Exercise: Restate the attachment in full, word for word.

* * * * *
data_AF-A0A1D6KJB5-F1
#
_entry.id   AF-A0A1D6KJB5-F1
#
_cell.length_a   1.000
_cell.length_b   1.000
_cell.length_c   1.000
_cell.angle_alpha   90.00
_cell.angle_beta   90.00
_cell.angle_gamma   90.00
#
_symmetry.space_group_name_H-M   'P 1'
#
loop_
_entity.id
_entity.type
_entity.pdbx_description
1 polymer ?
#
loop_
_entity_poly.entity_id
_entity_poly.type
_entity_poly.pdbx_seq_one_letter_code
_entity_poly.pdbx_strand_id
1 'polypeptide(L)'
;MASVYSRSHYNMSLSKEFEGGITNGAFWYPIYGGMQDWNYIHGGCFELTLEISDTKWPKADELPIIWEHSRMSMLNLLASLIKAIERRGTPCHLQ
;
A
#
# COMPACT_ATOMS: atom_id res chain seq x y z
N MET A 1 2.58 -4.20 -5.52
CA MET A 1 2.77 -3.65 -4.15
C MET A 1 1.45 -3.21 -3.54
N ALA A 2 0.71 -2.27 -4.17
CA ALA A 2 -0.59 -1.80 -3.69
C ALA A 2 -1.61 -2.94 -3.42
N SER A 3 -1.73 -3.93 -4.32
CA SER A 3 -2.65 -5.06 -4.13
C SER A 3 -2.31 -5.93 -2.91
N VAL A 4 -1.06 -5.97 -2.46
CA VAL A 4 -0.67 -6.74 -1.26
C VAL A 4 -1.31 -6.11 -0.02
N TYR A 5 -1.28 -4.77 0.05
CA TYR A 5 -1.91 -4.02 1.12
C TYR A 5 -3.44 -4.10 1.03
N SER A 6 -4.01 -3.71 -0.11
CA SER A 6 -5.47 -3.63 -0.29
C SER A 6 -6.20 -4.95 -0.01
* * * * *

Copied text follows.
data_AF-A0A1D6KJB5-F1
#
_entry.id   AF-A0A1D6KJB5-F1
#
_cell.length_a   1.000
_cell.length_b   1.000
_cell.length_c   1.000
_cell.angle_alpha   90.00
_cell.angle_beta   90.00
_cell.angle_gamma   90.00
#
_symmetry.space_group_name_H-M   'P 1'
#
loop_
_entity.id
_entity.type
_entity.pdbx_description
1 polymer ?
#
loop_
_entity_poly.entity_id
_entity_poly.type
_entity_poly.pdbx_seq_one_letter_code
_entity_poly.pdbx_strand_id
1 'polypeptide(L)'
;MASVYSRSHYNMSLSKEFEGGITNGAFWYPIYGGMQDWNYIHGGCFELTLEISDTKWPKADELPIIWEHSRMSMLNLLASLIKAIERRGTPCHLQ
;
A
#
# COMPACT_ATOMS: atom_id res chain seq x y z
N MET A 1 2.58 -4.20 -5.52
CA MET A 1 2.77 -3.65 -4.15
C MET A 1 1.45 -3.21 -3.54
N ALA A 2 0.71 -2.27 -4.17
CA ALA A 2 -0.59 -1.80 -3.69
C ALA A 2 -1.61 -2.94 -3.42
N SER A 3 -1.73 -3.93 -4.32
CA SER A 3 -2.65 -5.06 -4.13
C SER A 3 -2.31 -5.93 -2.91
N VAL A 4 -1.06 -5.97 -2.46
CA VAL A 4 -0.67 -6.74 -1.26
C VAL A 4 -1.31 -6.11 -0.02
N TYR A 5 -1.28 -4.77 0.05
CA TYR A 5 -1.91 -4.02 1.12
C TYR A 5 -3.44 -4.10 1.03
N SER A 6 -4.01 -3.71 -0.11
CA SER A 6 -5.47 -3.63 -0.29
C SER A 6 -6.20 -4.95 -0.01